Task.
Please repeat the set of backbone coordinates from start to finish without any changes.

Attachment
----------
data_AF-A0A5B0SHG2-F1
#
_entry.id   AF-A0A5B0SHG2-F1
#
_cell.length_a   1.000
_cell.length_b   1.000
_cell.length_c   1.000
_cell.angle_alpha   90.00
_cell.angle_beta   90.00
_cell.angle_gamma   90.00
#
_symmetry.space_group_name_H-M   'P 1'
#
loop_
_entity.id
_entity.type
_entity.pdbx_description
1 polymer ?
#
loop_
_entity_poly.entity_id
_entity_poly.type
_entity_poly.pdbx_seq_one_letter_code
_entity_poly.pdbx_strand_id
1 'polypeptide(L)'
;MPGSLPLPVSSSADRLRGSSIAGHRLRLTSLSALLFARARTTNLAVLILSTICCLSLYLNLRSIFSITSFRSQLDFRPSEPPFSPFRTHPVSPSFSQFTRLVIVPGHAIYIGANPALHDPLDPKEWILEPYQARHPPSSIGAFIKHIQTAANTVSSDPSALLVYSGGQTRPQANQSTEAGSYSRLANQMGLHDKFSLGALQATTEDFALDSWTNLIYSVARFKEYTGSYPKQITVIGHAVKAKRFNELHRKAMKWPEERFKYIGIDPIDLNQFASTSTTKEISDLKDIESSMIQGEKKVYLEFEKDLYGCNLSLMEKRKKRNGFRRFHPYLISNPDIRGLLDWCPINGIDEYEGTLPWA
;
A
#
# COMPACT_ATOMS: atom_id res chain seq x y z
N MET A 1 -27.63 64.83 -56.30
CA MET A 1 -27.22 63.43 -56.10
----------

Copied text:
data_AF-A0A5B0SHG2-F1
#
_entry.id   AF-A0A5B0SHG2-F1
#
_cell.length_a   1.000
_cell.length_b   1.000
_cell.length_c   1.000
_cell.angle_alpha   90.00
_cell.angle_beta   90.00
_cell.angle_gamma   90.00
#
_symmetry.space_group_name_H-M   'P 1'
#
loop_
_entity.id
_entity.type
_entity.pdbx_description
1 polymer ?
#
loop_
_entity_poly.entity_id
_entity_poly.type
_entity_poly.pdbx_seq_one_letter_code
_entity_poly.pdbx_strand_id
1 'polypeptide(L)'
;MPGSLPLPVSSSADRLRGSSIAGHRLRLTSLSALLFARARTTNLAVLILSTICCLSLYLNLRSIFSITSFRSQLDFRPSEPPFSPFRTHPVSPSFSQFTRLVIVPGHAIYIGANPALHDPLDPKEWILEPYQARHPPSSIGAFIKHIQTAANTVSSDPSALLVYSGGQTRPQANQSTEAGSYSRLANQMGLHDKFSLGALQATTEDFALDSWTNLIYSVARFKEYTGSYPKQITVIGHAVKAKRFNELHRKAMKWPEERFKYIGIDPIDLNQFASTSTTKEISDLKDIESSMIQGEKKVYLEFEKDLYGCNLSLMEKRKKRNGFRRFHPYLISNPDIRGLLDWCPINGIDEYEGTLPWA
;
A
#
# COMPACT_ATOMS: atom_id res chain seq x y z
N MET A 1 -27.63 64.83 -56.30
CA MET A 1 -27.22 63.43 -56.10